Following the collision, Curtiss A. Adams, the radio operator on the F-89J Scorpion fighter, was able to bail out of the eastbound jet before it crashed in flames in La Tuna Canyon in the Verdugo Mountains. Adams parachuted onto a garage roof in Burbank. He was taken to St. Joseph Hospital in Burbank, where he was treated for second- and third-degree burns on his face and hands, and a broken leg suffered when he landed.

A few days after the crash, Adams was interviewed at the hospital, and said he "couldn't understand how the accident happened. He [Owen] was an excellent pilot. He was always alert and his head was like it was on a swivel -- always moving. He was a very precise flier and I just don't understand how it could have happened."

"Owen didn't call out to me or say anything before the crash," Adams said. "I remember feeling heat and a kind of orange-colored fog around me. Then I pulled the lever and blew the canopy, then the seat trigger." Asked how the pilot could have missed seeing the DC-7B, Adams shook his head and said, "I wish I knew."

After ejecting from the jet, Adams looked up to see burning holes in his parachute. As he drifted to the ground, he realized that his flight helmet was on fire, so he ripped it off and threw it to the ground.

At the time of the crash, Adams had been working for Northrop Aircraft for just over six years. He remained working at Northrop until 1960, when he left to take a position at Litton Indistries, a defense contractor, where he worked until 1966. He later moved to Oregon, where he died on May 15, 2002, at the age of 72.

The Victims

Pilot Roland E. Owen, 35
(Feb. 7, 1921 – Jan. 31, 1957)

Roland Earl Owen, the pilot of the F-89J Scorpion interceptor fighter jet, was born on Feb. 7, 1921, in California, the son of Claude J. Owen and Florence Mabel Blevins Owen. His father worked as a railroad conductor and as a painter, and his mother worked as a sales clerk in a department store.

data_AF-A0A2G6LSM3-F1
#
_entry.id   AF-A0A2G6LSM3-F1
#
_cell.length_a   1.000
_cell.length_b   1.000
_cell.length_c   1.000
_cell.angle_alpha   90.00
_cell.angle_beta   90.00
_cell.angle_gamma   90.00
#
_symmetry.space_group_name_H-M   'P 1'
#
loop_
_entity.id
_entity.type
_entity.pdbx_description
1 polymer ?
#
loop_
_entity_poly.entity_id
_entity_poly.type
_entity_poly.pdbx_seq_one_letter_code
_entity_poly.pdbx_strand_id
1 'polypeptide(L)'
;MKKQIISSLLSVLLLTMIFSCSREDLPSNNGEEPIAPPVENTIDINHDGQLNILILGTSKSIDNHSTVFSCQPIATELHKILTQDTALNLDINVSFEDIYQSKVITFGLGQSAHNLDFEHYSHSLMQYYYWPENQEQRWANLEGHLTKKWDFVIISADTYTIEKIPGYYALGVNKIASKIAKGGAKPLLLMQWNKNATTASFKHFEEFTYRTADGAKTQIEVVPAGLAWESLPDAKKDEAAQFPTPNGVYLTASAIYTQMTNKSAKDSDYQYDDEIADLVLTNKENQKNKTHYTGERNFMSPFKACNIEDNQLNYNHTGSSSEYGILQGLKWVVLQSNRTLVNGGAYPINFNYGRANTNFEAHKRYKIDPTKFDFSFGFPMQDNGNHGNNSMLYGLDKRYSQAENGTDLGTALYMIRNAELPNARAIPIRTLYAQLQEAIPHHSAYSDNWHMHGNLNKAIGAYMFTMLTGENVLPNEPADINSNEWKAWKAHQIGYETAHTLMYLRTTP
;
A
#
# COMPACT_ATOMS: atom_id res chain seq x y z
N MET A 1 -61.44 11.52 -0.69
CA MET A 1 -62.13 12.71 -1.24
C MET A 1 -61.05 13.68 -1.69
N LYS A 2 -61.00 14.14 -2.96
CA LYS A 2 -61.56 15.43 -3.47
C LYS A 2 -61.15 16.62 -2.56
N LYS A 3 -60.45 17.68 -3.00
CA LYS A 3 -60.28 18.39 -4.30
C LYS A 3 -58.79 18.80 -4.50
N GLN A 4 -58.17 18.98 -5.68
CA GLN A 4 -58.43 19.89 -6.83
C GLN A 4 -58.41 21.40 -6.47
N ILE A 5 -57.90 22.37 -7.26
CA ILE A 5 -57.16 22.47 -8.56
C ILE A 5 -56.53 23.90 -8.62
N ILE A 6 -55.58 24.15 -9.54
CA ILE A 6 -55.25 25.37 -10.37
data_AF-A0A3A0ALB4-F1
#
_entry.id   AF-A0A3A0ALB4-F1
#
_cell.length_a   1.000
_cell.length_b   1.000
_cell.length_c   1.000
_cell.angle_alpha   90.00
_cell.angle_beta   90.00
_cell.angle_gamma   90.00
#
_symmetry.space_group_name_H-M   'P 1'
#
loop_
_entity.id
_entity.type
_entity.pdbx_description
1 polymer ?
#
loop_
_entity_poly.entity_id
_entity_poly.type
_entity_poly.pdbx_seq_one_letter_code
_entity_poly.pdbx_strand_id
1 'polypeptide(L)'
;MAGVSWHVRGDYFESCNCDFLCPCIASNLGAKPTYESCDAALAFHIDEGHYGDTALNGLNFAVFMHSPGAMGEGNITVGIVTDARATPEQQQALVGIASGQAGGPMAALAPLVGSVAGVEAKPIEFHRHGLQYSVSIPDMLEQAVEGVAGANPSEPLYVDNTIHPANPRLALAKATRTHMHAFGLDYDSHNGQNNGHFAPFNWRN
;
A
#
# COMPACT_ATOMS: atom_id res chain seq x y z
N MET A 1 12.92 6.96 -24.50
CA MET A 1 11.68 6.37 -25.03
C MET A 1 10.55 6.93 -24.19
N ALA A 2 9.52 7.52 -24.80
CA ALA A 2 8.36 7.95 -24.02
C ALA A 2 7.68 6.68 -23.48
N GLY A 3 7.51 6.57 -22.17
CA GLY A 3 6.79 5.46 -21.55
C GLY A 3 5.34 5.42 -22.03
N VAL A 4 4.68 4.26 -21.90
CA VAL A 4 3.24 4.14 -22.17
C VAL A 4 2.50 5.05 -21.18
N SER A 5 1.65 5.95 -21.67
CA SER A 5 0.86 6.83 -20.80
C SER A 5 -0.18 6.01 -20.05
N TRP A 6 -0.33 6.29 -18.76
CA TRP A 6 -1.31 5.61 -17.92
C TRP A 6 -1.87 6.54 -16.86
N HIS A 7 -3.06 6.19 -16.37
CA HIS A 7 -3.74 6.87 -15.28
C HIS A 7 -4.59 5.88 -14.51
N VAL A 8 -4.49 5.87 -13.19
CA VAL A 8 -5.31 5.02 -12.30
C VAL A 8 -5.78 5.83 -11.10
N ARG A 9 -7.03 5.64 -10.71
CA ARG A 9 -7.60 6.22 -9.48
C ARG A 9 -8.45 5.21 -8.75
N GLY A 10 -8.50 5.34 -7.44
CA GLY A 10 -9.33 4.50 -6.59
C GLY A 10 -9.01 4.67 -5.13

Owen enlisted in the U.S. Army Air Corps on Sept. 5, 1940, when he was 19 years old. He was discharged on June 28, 1945.

Owen started working for Northrop Aircraft in October 1951, when he was 30 years old. At the time of the crash, more than five years later, he was the chief of production flight tests for the company. He held an airman certificate with commercial and instrument ratings, and he also held a formal certificate of authority from the U.S. Air Force to fly the F-89 fighter jet. Owen had accumulated 2,754 flying hours, including 1,320 in jet aircraft and 1,249 hours in jets similar to the F-89.

Owen was killed a week before his 36th birthday. Funeral services for Owen were held at the Church of the Recessional at Forest Lawn Memorial-Park in Glendale, with the Rev. Charles Surber of the First Presbyterian Church of Palmdale delivering the eulogy.

Owen, a resident of Palmdale, left a widow, Carolyne; a son, Gregory James Owen, 2; his parents; and a sister, Yuba Owen Westmyer of Santa Barbara.

Owen was buried at Forest Lawn, Glendale, in the Court of Freedom. His parents, Claude (1892-1971) and Florence (1896-1982), are buried nearby.

Pilot William Carr, 36
(June 15, 1920 – Jan. 31, 1957)

William George Carr, the pilot of the DC-7B, was born June 15, 1920, in Chicago, Ill., the son of William Charles Carr, a real estate salesman, and Beatrice M. Park Carr. When Carr was a child, the family moved to Pasadena, Calif.

Three days after his 22nd birthday, on June 18, 1942, Carr enlisted in the U.S. Army Air Corps to serve during World War II. He served in North Africa, England, India and France, and attained the rank of captain by the time he was discharged on Nov. 22, 1945.

Carr started working for Douglas Aircraft Company on Jan. 14, 1952. He held a valid airman certificate with an airline transport rating and rating for the DC-7 aircraft. Carr had a total of 11,757 flying hours, including 598 hours in DC-7 type aircraft, and he worked for Douglas as both a test pilot and a flight instructor overseas to teach foreign pilots how to handle Douglas-built equipment.